Sustainable Neighborhoods: Downtown Cleveland’s “Farmville”
Ideastream is launching an occasional series looking at neighborhood sustainability projects – small efforts by residents to help make their communities greener.
Down by the train tracks and just over the hedges in downtown Cleveland is a patch of green that Chef Brad Gambrell calls “the real Farmville.”
Two dozen egg-laying hens, 15 honey bee colonies, three Mangalista hogs, and three goats surround a mostly edible garden that includes tomatoes, lettuce, peppers, and fresh herbs.
Gambrell works as executive chef at the Huntington Convention Center of Cleveland. During the day, he visits and tends to the animals and vegetables.
“The best thing about it is when I come down in the morning and I open those doors and everybody runs at me,” said Gambrell. “The chickens run at me, the goats run at me, just like when your kids come at you late night.”
The farm is the brainchild of Matt Del Regno, the convention center’s general manager, who learned about sustainable farming at a conference five years ago.
Del Regno says over the years, he’s had to learn how to tend a small farm – and keep bees.
“I’d never even stood next to a beehive, let alone kept them myself,” said Del Regno.
The bees and other ingredients from the farm inspire menu items for the convention center.
“We intentionally came up with a lot of honey recipes,” said Del Regno, mentioning honey cookies and a homemade granola bar.
But the small farm is not meant to feed the thousands of convention center attendees who visit Cleveland.
“Because we are a convention center and we do parties from 500 to 2000, this is basically just for ideas,” said Gambrell. “To educate our staff, educate our public.”
Del Regno says the animals are not raised for slaughter but rather help with the farm’s conservation efforts. The three goats, named after cheese (Chevy for Chevre, Emma for Emmental, and Brie) help with weed management. The hogs (Honey, Sage, and Eddie) eat any of the kitchen’s vegetable trimmings.
The convention center’s sustainability program includes recycling and waste reduction. Through recycling efforts, the Huntington Convention Center says it diverted about 357,000 pounds of trash from the landfill in 2017.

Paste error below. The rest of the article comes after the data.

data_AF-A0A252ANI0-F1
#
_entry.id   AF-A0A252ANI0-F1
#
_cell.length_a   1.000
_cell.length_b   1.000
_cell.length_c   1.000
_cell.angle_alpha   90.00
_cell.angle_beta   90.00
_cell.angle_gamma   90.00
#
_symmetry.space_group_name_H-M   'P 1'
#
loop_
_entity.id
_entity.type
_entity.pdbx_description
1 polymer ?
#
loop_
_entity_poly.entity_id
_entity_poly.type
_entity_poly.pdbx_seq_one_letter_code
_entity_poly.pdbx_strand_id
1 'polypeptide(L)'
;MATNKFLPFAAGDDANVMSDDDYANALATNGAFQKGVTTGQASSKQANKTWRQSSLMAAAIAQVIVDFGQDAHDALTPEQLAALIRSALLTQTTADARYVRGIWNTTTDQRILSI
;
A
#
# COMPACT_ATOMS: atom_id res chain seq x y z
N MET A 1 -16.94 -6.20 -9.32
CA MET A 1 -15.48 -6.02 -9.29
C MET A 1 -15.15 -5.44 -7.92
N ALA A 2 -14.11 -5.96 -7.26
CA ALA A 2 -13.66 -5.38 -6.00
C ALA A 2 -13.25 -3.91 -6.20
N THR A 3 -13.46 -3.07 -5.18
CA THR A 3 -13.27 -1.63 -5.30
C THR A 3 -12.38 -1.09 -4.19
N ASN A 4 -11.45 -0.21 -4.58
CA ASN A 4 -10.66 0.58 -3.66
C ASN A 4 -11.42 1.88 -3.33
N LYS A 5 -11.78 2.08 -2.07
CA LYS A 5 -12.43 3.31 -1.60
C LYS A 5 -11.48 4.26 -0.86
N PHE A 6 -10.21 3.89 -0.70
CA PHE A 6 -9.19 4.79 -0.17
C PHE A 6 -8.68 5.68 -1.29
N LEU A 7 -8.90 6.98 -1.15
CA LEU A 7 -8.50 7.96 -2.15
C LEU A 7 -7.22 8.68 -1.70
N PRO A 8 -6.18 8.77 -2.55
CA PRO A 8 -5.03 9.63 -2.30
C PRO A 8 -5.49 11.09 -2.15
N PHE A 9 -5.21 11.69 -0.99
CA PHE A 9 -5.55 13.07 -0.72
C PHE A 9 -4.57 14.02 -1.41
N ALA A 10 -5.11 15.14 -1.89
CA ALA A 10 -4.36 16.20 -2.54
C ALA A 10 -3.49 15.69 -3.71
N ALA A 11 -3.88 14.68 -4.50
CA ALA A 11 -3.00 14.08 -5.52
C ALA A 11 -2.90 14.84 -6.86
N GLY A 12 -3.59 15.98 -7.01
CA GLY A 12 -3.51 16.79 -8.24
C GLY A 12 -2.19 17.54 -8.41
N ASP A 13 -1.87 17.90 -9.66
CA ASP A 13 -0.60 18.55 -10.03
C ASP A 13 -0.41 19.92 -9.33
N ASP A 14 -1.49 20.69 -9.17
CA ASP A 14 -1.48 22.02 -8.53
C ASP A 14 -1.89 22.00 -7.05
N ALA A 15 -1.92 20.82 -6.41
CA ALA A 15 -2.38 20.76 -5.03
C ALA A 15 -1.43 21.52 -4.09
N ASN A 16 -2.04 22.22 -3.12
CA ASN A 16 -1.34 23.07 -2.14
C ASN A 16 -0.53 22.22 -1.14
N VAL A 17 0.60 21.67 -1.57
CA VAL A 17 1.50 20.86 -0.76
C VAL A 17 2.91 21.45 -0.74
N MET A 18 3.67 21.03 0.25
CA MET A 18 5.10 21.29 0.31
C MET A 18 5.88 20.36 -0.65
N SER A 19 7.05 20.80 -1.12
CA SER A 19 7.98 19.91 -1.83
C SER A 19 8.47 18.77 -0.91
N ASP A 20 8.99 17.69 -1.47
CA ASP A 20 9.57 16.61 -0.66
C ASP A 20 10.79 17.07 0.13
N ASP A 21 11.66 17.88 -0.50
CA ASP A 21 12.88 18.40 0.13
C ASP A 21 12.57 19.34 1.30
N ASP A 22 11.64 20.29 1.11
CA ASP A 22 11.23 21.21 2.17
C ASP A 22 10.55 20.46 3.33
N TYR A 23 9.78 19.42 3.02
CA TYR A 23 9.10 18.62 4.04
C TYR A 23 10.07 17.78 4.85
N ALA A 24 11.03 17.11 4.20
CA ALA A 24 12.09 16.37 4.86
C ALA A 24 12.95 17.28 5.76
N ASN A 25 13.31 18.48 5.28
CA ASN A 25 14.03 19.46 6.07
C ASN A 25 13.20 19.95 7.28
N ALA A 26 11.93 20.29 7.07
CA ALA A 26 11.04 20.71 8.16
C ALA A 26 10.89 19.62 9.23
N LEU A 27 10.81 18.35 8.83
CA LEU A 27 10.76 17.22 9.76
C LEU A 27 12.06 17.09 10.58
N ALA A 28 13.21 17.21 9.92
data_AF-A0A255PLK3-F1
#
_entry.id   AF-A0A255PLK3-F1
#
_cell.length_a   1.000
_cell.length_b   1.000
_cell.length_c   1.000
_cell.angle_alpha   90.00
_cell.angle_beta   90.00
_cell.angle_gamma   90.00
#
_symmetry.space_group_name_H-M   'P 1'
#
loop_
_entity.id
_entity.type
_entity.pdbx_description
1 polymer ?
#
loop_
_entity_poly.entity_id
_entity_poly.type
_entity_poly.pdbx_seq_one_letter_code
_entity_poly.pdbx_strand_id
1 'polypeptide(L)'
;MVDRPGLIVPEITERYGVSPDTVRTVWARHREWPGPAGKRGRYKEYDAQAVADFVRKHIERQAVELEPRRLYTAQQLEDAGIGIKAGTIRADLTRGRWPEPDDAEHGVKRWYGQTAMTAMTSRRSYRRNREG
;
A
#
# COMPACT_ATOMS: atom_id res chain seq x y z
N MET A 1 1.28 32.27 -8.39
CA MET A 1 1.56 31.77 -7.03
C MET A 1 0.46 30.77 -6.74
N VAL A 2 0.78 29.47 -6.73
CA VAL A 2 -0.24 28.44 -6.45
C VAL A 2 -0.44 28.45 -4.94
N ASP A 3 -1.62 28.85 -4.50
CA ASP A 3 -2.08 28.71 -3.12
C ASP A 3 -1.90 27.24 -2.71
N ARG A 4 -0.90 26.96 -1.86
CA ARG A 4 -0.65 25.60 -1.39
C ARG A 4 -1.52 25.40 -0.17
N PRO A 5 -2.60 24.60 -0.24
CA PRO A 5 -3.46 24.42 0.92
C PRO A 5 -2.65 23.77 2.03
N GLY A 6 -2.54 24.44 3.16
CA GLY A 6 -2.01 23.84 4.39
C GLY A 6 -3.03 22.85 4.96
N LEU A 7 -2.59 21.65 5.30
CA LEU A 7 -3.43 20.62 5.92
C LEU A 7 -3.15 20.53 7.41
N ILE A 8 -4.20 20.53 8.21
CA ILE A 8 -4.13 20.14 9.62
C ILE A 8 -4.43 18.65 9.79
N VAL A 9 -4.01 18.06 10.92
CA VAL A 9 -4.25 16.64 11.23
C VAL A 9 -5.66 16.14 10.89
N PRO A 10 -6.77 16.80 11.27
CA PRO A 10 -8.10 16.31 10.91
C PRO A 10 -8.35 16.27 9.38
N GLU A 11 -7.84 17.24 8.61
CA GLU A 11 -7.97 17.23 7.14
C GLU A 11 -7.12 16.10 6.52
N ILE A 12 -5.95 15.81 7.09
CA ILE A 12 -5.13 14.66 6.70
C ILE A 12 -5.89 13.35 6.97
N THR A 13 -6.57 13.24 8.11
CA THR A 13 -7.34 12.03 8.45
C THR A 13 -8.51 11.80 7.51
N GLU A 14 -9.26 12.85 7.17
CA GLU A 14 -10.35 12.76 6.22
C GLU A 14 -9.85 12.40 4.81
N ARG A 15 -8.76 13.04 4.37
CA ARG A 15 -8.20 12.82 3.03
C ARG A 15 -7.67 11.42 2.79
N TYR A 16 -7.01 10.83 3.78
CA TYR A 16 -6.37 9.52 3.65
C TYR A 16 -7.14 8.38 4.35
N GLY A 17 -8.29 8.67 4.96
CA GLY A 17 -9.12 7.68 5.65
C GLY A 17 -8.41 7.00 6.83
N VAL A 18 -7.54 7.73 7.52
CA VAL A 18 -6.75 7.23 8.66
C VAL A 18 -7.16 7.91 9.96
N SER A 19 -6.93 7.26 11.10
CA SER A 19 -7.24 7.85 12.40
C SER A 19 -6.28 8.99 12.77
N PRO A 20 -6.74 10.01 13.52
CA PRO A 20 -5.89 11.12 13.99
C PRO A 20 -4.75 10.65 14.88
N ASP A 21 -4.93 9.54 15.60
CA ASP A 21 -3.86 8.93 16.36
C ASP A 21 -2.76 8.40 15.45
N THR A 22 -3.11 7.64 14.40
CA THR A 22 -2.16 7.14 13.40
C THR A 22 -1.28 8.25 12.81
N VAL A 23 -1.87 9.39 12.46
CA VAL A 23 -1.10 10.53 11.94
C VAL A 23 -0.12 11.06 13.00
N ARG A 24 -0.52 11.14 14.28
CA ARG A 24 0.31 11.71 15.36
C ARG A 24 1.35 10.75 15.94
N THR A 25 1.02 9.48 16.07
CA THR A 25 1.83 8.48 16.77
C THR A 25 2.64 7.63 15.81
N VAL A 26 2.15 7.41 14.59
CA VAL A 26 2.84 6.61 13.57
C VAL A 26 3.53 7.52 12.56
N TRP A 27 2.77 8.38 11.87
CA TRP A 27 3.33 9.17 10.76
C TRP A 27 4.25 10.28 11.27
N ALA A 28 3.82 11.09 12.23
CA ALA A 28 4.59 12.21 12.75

To reduce waste, the center upcycles excess materials such as paint and fertilizer to local organizations including Habitat for Humanity and Karamu House. Leftover food goes to the Cleveland Food Bank.
A food waste recycling system inside the Convention Center turns waste into energy.
Del Regno says the farm shows that Cleveland’s convention center is dedicated to and supportive of local farms, and understands the effort needed to grow food sustainably.
“The reason we grow those vegetables is to show that we are working hard with local farms to make sure we can on a larger scale prove to the industry that we can make an impact and move the needle,” said Del Regno.
Composting and Recycling
You might not be able to raise a Mangalista hog to eat your food waste, but you can take steps to recycle and compost.
Communities have varying rules for curbside recycling, but most programs typically allow plastic bottles, cans, cartons, glass, paper and boxes. These items must be clean, dry, and in a container together in order to comply with Cuyahoga County recycling rules.
Be careful how you recycle – the city of Cleveland has recently started issuing fines to residents who don’t recycle properly.
Composting keeps organic material out of landfills, and can serve as a healthy additive to soil for a tree or garden. Cuyahoga County’s website includes details on composting and a list of composting facilities open to the public. The county also hosts composting workshops throughout the year. Visit your county or city to find out how you can compost at home.